Front Page Titles (by Subject) The Application of Spontaneous Order in Economic Life: The Catallaxy - Literature of Liberty, Winter 1982, vol. 5, No. 4
The Online Library of Liberty
A project of Liberty Fund, Inc.
Search this Title:
Also in the Library:
The Application of Spontaneous Order in Economic Life: The Catallaxy - Leonard P. Liggio, Literature of Liberty, Winter 1982, vol. 5, No. 4 
Literature of Liberty: A Review of Contemporary Liberal Thought was published first by the Cato Institute (1978-1979) and later by the Institute for Humane Studies (1980-1982) under the editorial direction of Leonard P. Liggio.
About Liberty Fund:
Liberty Fund, Inc. is a private, educational foundation established to encourage the study of the ideal of a society of free and responsible individuals.
This work is copyrighted by the Institute for Humane Studies, George Mason University, Fairfax, Virginia, and is put online with their permission.
Fair use statement:
This material is put online to further the educational goals of Liberty Fund, Inc. Unless otherwise stated in the Copyright Information section above, this material may be used freely for educational and academic purposes. It may not be used in any way for profit.
The Application of Spontaneous Order in Economic Life: The Catallaxy
The central claim of Hayek's philosophy, as we have expounded it so far, is that knowledge is, at its base, at once practical and abstract. It is abstract inasmuch as even sensory perception gives us a model of our environment which is highly selective and picks out only certain classes of events, and it is practical inasmuch as most knowledge is irretrievably stored or embodied in rules of action and perception. These rules, in turn, are in Hayek's conception the subject of continuing natural selection in cultural competition. The mechanism of this selection, best described in Hayek's fascinating “Notes on the Evolution of Systems of Rules of Conduct,”41 is in the emulation by others of rules which secure successful behavior. It is by a mimetic contagion that rules conferring success—where success means, in the last resort, the growth of human numbers42 —come to supplant those rules which are maladapted to the environment. Finally, the convergence of many rule-following creatures on a single system of rules creates those social objects—language, money, markets, the law—which are the paradigms of spontaneous social order.
It is a general implication of this conception that, since social order is not a purposive construction, it will not in general serve any specific purpose. Social order facilitates the achievement of human purposes: taken in itself, it must be seen as having no purpose. Just as human actions acquire their meaning by occurring in a framework that can itself have no meaning,43 so social order will allow for the achievement of human purposes only to the extent that it is itself purposeless. Nowhere has this general implication of Hayek's conception been so neglected as in economic life. In the history and theory of science, to be sure, where the idea of spontaneous order was (as Hayek acknowledges) put to work by Michael Polanyi, false conceptions were spawned by the erroneous notion that scientific progress could be planned, whereas, on the contrary, any limitation of scientific inquiry to the contents of explicit or theoretical knowledge would inevitably stifle further progress.44 In economics, however, the canard that order is the result of conscious control had more fateful consequences. It supported the illusion that the whole realm of human exchange was to be understood after the fashion of a household or an hierarchical organization, with limited and commensurable purposes ranked in order of agreed importance.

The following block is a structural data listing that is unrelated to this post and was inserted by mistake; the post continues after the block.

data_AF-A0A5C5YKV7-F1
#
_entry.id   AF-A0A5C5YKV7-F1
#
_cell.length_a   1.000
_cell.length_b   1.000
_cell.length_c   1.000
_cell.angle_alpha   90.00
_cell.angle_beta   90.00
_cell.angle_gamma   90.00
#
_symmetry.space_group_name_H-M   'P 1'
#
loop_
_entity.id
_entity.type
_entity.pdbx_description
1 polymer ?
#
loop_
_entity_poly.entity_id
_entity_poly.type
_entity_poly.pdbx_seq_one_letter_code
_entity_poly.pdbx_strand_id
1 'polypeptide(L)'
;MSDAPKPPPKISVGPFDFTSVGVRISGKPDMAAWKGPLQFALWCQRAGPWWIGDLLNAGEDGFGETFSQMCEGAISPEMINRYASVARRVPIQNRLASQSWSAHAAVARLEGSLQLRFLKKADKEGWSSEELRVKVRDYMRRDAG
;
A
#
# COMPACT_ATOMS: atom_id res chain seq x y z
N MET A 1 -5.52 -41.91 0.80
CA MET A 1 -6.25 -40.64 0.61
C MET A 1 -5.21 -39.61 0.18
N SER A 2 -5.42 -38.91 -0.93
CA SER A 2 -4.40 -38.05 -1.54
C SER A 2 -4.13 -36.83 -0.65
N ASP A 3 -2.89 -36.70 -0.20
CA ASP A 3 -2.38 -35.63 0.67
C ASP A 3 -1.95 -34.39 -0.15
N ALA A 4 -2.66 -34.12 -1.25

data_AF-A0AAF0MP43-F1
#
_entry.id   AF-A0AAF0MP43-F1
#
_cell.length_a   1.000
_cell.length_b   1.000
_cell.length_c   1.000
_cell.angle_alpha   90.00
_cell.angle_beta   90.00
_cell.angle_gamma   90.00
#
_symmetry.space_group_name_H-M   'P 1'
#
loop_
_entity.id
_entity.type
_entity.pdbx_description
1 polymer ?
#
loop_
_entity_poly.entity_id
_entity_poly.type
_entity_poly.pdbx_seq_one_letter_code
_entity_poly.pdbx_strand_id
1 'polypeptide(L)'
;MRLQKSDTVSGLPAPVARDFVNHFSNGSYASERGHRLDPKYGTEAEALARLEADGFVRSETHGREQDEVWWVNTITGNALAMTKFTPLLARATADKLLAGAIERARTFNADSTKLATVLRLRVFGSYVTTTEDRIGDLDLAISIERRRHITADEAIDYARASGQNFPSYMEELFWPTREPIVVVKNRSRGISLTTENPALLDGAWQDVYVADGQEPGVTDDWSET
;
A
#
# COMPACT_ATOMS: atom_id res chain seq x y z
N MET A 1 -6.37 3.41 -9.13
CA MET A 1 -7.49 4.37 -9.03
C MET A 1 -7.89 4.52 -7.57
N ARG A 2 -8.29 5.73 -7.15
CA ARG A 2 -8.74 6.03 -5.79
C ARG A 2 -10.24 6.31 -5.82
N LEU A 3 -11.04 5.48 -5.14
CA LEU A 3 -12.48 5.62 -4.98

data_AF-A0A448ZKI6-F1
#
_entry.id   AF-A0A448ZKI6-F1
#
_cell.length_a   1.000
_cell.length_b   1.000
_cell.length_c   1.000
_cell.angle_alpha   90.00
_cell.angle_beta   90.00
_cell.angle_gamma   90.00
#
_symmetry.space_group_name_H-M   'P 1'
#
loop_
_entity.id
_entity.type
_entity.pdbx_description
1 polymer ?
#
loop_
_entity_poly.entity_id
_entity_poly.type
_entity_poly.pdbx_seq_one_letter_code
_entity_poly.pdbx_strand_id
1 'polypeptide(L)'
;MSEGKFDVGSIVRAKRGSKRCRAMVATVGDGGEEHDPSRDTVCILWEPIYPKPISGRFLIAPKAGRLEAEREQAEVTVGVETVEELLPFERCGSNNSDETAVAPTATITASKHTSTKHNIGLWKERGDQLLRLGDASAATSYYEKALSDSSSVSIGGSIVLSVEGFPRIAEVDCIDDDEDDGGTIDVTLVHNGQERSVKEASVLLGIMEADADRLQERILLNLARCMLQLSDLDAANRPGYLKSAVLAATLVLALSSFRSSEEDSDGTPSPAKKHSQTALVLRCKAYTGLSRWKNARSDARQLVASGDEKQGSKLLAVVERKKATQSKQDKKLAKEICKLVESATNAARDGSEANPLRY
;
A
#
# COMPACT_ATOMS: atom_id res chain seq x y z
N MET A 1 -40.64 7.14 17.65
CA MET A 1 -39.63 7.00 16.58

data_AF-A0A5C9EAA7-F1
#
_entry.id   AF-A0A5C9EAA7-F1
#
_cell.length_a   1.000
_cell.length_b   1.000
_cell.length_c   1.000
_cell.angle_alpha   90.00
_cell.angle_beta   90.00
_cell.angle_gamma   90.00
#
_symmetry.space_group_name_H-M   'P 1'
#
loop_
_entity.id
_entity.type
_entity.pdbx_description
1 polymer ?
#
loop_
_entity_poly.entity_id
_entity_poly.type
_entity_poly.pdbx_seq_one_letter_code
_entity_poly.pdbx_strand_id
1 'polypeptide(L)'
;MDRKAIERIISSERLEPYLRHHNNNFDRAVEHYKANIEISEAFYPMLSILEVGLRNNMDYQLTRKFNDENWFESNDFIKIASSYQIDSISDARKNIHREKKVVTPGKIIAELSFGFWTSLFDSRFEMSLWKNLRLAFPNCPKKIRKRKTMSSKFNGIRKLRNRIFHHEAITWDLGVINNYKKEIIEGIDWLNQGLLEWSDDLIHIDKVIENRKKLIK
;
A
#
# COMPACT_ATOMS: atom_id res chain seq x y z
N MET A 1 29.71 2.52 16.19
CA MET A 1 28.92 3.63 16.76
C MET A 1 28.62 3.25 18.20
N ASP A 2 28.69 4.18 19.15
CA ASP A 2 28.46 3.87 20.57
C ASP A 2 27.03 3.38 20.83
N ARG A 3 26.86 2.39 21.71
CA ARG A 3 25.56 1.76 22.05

This confusion of a genuine hierarchical ‘economy’—such as that of an army, a school or a business corporation—with the whole realm of social exchange, the catallaxy, informs many aspects of welfare economics and motivates its interventionist projects via the fiction of a total social product. This confusion between ‘catallaxy’ and ‘economy’ is, at bottom, the result of an inability to acknowledge that the order which is the product of conscious direction—the order of a management hierarchy in a business corporation, for example—itself always depends upon a larger spontaneous order. The demand that the domain of human exchange taken as a whole should be subject to purposive planning is, therefore, the demand that social life be reconstructed in the character of a factory, an army, or a business corporation—in the character, in other words, of an authoritarian organization. Apart from the fateful consequences for individual liberty that implementing such a demand inexorably entails, it springs in great measure from an inability or unwillingness to grasp how in the market process itself there is a constant tendency to self-regulation by spontaneous order. When it is unhampered, the process of exchange between competitive firms itself yields a coordination of men's activities more intricate and balanced than any that could be enforced (or even conceived) by a central planner.
[41.] Hayek, µB-13Õ, Studies, Chap. 4.
[42.] Personal communication from Professor Hayek to the author.
[43.] See Hayek, µB-13Õ, Studies, p. 61: “...if ‘to have meaning’ is to have a place in an order which we share with other people, this order itself cannot have meaning because it cannot have a place in itself.”
[44.] See Hayek, µB-12Õ, The Constitution of Liberty, p. 160.